With both guaranteed top Shadow Cabinet jobs after Mr Smith becomes leader on 18 July, their election to the NEC would produce unprecedentedly close ties between the party's parliamentary leadership and the national executive.
Backers of their campaign argue it would help to ensure that Labour spoke with one voice. Even under the discipline of Neil Kinnock's leadership, the NEC, at times, sung a different tune to that of the Shadow Cabinet.
Assuming no surprises in the leadership, Shadow Cabinet and NEC elections, and should they be elected, the top five members of the Shadow Cabinet from Mr Smith down would also sit on the NEC. Aside from Mr Smith, Mrs Beckett, Mr Blair and Mr Brown, Robin Cook, Mr Smith's campaign manager, is already there and thought certain of re-election, while he is tipped as a likely trade and industry spokesman if he cannot have the shadow chancellorship. Mr Kinnock is thought to be certain of election to the NEC, ensuring a loyal phalanx for Mr Smith.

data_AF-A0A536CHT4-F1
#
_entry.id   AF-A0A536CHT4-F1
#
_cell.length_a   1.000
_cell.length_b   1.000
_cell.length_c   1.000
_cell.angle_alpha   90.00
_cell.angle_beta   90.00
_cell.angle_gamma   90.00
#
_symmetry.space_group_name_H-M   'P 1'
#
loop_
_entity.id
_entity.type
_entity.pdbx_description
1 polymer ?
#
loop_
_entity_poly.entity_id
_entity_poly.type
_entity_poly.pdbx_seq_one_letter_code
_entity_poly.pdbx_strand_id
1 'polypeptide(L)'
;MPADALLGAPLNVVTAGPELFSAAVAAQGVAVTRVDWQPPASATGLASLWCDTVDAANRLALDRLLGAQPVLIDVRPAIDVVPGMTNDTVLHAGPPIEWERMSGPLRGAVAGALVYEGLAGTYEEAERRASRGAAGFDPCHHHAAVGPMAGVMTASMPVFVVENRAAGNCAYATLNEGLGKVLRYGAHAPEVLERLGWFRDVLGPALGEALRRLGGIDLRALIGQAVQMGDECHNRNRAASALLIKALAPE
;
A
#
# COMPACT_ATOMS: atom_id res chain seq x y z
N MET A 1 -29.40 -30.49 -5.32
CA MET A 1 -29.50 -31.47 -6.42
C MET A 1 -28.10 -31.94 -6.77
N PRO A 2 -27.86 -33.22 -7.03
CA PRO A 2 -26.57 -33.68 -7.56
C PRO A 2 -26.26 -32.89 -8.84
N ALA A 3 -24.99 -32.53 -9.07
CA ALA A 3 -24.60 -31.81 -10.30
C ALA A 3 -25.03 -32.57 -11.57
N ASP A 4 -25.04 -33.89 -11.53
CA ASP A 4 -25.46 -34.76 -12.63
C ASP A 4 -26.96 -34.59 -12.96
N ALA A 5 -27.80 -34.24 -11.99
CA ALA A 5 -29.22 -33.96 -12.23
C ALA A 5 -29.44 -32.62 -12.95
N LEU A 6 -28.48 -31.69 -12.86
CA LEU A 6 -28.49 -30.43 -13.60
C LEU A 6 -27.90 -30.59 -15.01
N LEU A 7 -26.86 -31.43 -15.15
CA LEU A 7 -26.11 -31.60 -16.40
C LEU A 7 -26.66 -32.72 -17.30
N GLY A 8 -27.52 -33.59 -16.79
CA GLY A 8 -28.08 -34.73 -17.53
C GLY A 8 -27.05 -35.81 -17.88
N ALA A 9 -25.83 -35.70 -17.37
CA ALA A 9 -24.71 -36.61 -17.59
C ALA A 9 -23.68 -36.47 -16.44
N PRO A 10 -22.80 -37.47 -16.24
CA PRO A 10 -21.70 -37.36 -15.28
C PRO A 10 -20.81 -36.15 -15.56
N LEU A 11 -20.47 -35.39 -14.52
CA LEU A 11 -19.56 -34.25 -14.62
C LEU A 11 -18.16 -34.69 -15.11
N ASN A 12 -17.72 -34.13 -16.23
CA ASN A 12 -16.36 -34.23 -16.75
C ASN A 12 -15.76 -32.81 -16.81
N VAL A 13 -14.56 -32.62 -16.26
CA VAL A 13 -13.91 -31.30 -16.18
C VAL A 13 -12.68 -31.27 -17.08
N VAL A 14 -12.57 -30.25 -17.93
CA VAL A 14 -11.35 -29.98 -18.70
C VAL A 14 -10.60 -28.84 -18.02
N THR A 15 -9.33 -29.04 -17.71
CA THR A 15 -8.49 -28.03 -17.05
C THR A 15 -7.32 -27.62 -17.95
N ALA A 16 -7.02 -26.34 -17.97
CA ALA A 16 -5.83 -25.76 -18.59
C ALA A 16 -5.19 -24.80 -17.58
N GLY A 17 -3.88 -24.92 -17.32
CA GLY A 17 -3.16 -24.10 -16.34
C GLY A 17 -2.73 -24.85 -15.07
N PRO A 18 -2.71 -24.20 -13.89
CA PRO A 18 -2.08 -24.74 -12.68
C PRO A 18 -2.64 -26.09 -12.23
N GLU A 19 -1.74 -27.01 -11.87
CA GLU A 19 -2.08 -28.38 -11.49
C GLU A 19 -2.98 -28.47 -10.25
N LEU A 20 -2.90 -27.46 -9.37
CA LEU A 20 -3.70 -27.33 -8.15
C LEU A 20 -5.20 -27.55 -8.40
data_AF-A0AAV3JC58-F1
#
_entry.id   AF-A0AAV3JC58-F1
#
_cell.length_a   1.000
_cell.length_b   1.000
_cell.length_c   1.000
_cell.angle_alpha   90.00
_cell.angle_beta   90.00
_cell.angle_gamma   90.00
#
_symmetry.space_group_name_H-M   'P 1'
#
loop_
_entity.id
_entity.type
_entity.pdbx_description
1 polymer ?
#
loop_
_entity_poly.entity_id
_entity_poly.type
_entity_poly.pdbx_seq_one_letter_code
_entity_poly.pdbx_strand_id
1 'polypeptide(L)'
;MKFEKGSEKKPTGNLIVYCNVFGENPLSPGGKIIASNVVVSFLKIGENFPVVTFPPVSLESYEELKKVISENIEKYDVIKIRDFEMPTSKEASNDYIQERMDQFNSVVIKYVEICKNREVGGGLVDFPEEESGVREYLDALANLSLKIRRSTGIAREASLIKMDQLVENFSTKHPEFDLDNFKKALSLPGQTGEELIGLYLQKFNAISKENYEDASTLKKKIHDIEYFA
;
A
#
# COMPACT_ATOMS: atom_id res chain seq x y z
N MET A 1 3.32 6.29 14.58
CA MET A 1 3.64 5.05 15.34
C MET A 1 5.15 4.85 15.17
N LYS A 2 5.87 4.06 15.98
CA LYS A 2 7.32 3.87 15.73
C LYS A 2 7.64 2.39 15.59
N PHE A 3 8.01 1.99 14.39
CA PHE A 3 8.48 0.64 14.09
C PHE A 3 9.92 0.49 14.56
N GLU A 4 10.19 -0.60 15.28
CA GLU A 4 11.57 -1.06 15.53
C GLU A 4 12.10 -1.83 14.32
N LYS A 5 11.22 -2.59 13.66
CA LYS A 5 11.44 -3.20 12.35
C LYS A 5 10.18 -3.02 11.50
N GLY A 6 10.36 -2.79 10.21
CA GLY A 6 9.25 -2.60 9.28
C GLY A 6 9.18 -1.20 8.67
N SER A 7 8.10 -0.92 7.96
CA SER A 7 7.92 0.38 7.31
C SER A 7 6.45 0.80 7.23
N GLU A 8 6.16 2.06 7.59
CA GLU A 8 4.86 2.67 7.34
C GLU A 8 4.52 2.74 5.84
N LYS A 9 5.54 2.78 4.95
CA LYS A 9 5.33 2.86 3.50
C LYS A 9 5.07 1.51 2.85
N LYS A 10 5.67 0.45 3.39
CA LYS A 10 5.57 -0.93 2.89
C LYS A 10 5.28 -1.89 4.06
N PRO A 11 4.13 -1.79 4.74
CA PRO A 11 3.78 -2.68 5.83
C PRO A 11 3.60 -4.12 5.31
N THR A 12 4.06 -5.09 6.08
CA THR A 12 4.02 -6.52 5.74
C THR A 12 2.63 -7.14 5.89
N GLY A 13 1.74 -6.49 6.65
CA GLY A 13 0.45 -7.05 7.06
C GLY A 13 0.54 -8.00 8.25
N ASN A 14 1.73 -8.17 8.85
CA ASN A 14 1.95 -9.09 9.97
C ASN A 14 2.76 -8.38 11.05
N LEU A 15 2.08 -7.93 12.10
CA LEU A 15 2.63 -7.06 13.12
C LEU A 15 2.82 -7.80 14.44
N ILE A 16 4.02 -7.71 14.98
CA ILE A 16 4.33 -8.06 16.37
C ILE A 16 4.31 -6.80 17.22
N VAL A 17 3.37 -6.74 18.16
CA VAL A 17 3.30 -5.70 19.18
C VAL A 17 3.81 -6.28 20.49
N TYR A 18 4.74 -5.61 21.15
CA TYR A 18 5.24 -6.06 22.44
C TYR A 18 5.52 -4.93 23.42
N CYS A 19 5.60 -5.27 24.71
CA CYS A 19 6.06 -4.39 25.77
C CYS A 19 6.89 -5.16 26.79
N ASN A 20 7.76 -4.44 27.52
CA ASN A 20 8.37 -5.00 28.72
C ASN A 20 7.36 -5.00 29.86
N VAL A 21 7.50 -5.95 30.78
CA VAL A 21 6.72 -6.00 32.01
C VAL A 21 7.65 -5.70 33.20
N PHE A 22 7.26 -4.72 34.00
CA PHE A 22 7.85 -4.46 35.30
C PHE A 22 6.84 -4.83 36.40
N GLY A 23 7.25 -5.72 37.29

Both Mr Brown and Mr Blair - to the dismay of some MPs - stood aside in the leadership election and both have backed the Smith/Beckett ticket. Both, partly in public but mostly in private, have argued that Labour needs radical modernisation to win again - a tactic that has helped appease the more extreme modernisers, while Mr Smith has presented a safe face to more conservative elements.
Both Mr Brown and Mr Blair want to see Labour's constitution revamped, with a bigger party membership having a bigger say in policy, and with power devolved from Labour's Walworth Road headquarters to the regional structure and constituencies.
Their decision to stand does not guarantee their election. Some argued last night that the fact both were standing might dilute their respective chances.
Together with Mr Kinnock's decision to stand, the entry of three big names presages a tough fight for the seven constituency section places - and may threaten Bryan Gould's place.
While Gerald Kaufman is standing down, the next two to poll the lowest votes last year were Tony Benn and Mr Gould.
John Major told his backbench MPs last night that he was 'delighted' at the prospect of the Smith/Beckett 'dream ticket' after the Kinnock/Hattersley one, saying: 'We have a greater opportunity than ever before to knock Labour out of the ring for good.'
Labour's chief whip, Derek Foster, last night retained the post, easily surviving, by 158 votes to 90, a challenge from John Evans, the Labour Party chairman.Reuse content